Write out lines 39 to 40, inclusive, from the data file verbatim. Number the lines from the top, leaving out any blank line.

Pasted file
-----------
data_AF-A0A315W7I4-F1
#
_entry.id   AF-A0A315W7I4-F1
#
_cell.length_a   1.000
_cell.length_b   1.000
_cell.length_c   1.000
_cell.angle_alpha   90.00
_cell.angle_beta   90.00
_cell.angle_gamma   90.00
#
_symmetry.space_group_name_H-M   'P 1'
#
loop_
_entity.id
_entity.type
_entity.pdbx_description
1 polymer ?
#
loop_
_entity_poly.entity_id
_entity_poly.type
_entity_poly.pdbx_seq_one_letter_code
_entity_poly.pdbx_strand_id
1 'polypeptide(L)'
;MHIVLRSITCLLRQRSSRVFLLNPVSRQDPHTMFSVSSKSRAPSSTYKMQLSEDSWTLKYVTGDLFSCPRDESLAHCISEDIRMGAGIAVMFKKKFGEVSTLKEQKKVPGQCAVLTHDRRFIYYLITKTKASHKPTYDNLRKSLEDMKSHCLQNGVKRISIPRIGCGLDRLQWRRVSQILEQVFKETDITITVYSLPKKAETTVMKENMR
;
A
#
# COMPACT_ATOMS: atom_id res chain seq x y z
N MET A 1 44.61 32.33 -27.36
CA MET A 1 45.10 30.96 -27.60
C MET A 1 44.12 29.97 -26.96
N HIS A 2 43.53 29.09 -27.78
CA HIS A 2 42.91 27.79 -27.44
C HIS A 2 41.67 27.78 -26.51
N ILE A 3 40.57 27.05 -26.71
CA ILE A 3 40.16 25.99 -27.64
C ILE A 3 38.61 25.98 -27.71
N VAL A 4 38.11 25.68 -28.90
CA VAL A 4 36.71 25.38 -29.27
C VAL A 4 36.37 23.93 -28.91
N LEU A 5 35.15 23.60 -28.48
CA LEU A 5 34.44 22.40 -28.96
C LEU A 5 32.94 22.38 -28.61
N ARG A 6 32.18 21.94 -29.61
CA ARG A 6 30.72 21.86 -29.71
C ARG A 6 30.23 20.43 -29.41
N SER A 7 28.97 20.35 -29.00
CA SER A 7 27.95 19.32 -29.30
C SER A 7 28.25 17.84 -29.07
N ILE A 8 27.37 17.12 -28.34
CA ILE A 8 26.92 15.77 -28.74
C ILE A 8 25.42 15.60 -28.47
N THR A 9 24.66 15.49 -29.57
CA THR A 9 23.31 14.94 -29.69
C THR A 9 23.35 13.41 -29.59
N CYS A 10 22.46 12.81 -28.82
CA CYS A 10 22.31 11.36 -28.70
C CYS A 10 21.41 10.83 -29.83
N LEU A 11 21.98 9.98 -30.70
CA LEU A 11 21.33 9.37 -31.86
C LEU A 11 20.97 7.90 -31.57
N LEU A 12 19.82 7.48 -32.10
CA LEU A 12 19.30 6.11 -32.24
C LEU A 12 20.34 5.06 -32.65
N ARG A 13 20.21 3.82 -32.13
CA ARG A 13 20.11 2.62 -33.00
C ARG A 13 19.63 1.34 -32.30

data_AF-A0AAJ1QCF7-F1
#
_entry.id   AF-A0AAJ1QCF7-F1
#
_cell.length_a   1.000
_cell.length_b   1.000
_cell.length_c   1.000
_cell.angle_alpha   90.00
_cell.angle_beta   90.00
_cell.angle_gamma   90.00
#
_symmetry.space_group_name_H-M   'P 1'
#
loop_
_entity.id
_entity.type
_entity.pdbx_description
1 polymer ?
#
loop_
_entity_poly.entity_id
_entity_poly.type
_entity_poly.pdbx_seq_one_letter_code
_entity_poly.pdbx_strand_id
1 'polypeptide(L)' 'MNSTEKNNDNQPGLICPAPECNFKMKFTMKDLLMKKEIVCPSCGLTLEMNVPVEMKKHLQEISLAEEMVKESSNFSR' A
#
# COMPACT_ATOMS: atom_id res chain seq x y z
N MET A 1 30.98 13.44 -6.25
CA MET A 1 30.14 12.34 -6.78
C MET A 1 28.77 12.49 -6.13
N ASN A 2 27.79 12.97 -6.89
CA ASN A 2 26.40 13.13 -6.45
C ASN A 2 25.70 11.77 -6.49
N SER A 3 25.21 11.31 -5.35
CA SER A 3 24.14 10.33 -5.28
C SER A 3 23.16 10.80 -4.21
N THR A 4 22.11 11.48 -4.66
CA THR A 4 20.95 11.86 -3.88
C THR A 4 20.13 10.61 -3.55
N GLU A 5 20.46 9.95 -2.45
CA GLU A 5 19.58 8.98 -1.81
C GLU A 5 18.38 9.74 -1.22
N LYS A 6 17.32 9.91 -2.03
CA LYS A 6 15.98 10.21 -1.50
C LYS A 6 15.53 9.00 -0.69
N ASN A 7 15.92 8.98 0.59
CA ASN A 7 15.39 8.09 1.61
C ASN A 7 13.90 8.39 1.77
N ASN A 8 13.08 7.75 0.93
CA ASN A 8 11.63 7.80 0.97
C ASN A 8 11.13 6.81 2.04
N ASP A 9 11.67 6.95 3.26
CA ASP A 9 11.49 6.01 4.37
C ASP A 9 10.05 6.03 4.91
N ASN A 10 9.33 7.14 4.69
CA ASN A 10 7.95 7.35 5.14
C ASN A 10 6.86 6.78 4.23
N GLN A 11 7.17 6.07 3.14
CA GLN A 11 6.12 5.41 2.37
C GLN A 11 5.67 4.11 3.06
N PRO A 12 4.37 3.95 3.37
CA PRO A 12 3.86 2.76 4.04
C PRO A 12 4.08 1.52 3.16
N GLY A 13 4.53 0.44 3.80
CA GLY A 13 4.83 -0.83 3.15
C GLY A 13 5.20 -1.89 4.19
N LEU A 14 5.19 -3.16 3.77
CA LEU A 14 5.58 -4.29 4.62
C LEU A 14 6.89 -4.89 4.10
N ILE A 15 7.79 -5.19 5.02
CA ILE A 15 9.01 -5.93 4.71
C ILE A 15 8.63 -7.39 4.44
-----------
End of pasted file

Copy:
C ILE A 3 38.61 25.98 -27.71
N VAL A 4 38.11 25.68 -28.90